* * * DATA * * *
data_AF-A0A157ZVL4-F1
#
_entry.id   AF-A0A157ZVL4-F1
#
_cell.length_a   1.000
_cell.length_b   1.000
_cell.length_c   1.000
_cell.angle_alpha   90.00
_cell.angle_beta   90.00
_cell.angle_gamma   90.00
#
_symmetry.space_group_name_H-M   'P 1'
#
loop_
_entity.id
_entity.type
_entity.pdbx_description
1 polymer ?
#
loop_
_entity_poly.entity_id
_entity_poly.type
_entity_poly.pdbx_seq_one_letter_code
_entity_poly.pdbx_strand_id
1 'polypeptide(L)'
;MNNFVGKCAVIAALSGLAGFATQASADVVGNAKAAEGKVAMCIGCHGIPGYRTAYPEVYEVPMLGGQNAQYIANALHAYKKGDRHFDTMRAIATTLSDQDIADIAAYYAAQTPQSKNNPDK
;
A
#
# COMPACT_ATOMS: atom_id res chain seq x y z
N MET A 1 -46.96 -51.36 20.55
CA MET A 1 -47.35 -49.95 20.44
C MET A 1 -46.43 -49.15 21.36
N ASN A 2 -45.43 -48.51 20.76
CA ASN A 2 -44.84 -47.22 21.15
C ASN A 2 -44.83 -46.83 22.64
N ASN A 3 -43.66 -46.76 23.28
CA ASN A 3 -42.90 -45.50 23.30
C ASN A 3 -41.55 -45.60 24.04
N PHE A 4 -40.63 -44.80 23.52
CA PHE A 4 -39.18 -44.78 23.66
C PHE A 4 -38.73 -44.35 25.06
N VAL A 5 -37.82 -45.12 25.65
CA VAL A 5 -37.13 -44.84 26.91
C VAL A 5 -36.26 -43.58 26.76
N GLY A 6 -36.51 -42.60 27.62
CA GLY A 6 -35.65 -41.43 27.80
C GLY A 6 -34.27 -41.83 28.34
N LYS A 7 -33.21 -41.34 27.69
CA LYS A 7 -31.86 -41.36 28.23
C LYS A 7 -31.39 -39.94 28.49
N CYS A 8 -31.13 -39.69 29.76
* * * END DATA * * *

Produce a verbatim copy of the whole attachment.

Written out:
data_AF-A0A157ZVL4-F1
#
_entry.id   AF-A0A157ZVL4-F1
#
_cell.length_a   1.000
_cell.length_b   1.000
_cell.length_c   1.000
_cell.angle_alpha   90.00
_cell.angle_beta   90.00
_cell.angle_gamma   90.00
#
_symmetry.space_group_name_H-M   'P 1'
#
loop_
_entity.id
_entity.type
_entity.pdbx_description
1 polymer ?
#
loop_
_entity_poly.entity_id
_entity_poly.type
_entity_poly.pdbx_seq_one_letter_code
_entity_poly.pdbx_strand_id
1 'polypeptide(L)'
;MNNFVGKCAVIAALSGLAGFATQASADVVGNAKAAEGKVAMCIGCHGIPGYRTAYPEVYEVPMLGGQNAQYIANALHAYKKGDRHFDTMRAIATTLSDQDIADIAAYYAAQTPQSKNNPDK
;
A
#
# COMPACT_ATOMS: atom_id res chain seq x y z
N MET A 1 -46.96 -51.36 20.55
CA MET A 1 -47.35 -49.95 20.44
C MET A 1 -46.43 -49.15 21.36
N ASN A 2 -45.43 -48.51 20.76
CA ASN A 2 -44.84 -47.22 21.15
C ASN A 2 -44.83 -46.83 22.64
N ASN A 3 -43.66 -46.76 23.28
CA ASN A 3 -42.90 -45.50 23.30
C ASN A 3 -41.55 -45.60 24.04
N PHE A 4 -40.63 -44.80 23.52
CA PHE A 4 -39.18 -44.78 23.66
C PHE A 4 -38.73 -44.35 25.06
N VAL A 5 -37.82 -45.12 25.65
CA VAL A 5 -37.13 -44.84 26.91
C VAL A 5 -36.26 -43.58 26.76
N GLY A 6 -36.51 -42.60 27.62
CA GLY A 6 -35.65 -41.43 27.80
C GLY A 6 -34.27 -41.83 28.34
N LYS A 7 -33.21 -41.34 27.69
CA LYS A 7 -31.86 -41.36 28.23
C LYS A 7 -31.39 -39.94 28.49
N CYS A 8 -31.13 -39.69 29.76